Where oh where to begin. From the Times today:
Here’s one mistake that stressed out financial workers may want to avoid right now: Don’t get so drunk over the bear market that you dial up your broker and buy a luxury Manhattan condo on a boozy whim.
But Kipton Davis, a Prudential Douglas Elliman broker from Virginia, thinks a little bourbon could be good for sales.
Just as a few drinks may coax timid traders onto a dance floor, it could help them muster the courage to buy multimillion-dollar apartments.
That’s why on Wednesday night, Ms. Davis lured a half-dozen bankers, traders and friends on a condo tour of four TriBeCa buildings by offering wine and whiskey at every stop.
“Alcohol brings everyone together,” said Ms. Davis, after showing the group a $9.9 million penthouse at 16 Warren Street with an eight-seat hot tub. As the crowd debated whether they valued the hot tub over the layout of the $2.25 million unit downstairs, they sipped Chardonnay and a Chinon.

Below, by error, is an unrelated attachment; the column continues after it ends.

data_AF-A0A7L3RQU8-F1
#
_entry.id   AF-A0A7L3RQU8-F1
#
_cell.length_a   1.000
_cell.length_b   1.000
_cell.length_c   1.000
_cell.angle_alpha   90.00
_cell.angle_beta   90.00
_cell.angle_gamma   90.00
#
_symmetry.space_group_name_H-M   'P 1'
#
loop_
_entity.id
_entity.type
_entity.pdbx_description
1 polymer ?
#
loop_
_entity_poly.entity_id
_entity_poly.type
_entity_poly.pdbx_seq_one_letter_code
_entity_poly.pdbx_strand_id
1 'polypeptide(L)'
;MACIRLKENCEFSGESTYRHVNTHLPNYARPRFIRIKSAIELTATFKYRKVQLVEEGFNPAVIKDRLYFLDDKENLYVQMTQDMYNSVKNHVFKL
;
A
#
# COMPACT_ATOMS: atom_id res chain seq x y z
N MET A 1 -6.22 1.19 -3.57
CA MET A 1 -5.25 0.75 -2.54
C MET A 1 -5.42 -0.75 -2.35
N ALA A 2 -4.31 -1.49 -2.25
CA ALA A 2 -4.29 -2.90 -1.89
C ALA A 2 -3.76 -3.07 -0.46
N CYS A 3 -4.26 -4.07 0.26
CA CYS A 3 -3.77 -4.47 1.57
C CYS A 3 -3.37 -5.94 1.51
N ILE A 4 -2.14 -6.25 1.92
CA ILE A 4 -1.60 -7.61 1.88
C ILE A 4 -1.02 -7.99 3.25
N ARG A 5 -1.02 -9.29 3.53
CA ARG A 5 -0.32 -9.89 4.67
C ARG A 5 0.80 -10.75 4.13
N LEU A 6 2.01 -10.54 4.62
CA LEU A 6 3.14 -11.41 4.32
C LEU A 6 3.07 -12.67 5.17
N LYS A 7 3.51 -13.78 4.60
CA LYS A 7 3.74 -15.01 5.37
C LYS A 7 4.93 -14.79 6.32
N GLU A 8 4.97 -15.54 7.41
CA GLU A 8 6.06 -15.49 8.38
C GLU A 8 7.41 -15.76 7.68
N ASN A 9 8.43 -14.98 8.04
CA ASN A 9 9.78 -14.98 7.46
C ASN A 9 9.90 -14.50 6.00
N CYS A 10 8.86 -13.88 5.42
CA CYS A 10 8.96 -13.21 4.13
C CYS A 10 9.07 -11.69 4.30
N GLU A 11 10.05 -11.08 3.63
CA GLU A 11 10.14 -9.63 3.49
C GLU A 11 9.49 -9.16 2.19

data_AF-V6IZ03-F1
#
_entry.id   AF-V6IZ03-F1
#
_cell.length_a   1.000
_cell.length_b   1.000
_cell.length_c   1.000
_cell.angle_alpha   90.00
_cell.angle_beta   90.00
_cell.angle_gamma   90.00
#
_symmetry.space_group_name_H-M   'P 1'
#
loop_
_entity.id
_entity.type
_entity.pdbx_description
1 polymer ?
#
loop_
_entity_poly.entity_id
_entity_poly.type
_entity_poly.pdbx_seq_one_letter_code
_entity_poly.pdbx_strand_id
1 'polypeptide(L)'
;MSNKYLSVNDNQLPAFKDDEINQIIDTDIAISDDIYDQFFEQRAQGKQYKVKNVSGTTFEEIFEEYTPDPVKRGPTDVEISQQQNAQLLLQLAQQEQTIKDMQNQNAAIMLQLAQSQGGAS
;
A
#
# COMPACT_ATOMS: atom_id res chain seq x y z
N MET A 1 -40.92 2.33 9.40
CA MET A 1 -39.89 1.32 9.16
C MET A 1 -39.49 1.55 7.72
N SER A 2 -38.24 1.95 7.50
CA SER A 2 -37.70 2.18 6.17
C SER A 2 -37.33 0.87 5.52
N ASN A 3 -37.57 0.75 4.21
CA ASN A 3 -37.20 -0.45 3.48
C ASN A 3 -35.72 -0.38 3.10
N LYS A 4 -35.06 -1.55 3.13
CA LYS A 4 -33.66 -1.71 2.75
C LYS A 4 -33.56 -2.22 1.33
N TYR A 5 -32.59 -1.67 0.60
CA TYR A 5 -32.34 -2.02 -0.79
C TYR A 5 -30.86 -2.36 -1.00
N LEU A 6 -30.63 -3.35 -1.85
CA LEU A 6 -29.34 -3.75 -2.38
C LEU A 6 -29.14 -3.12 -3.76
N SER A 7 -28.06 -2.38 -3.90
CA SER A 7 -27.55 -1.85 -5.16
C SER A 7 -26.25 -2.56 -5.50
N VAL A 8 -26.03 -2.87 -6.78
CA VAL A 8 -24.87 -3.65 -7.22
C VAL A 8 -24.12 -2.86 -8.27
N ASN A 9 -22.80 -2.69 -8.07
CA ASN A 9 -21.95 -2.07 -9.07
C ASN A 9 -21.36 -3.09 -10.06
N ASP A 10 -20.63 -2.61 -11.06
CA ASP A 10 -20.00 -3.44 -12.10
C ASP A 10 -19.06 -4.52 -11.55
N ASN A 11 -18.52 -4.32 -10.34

But they did not deliberate for long. There was tippling to be done. The pack headed to a $3.3 million bachelor loft at 132 Duane Street, where they were greeted by another Elliman broker, Francine Hunter McGivern, and a small spread.
“Have some food. Don’t be shy,” Ms. McGivern said.
They helped themselves to chicken satay and samosas and washed the snacks down with Sancerre wine, and Lagavulin ($77 a bottle) and Talisker ($60 a bottle) whiskeys. They sipped and listened while Ms. McGivern stressed that her client, a banker, did not need to sell. He will hold out for a buyer willing to pay for his meticulous renovation featuring Miele fixtures and wood floors imported from Austria. The crowd seemed pleased.
“The thing I dig is the bar across from the powder room,” said Patrick Nichols. Twenty-seven and newly married, Mr. Nichols, a trader with Jane Street Capital, scribbled in a leather-bound notebook and snapped photos. He is looking to spend $2 million to $3 million on a two- or three-bedroom apartment. He said he did not know many people hurt by the slowdown, and he was not worried about losing his job.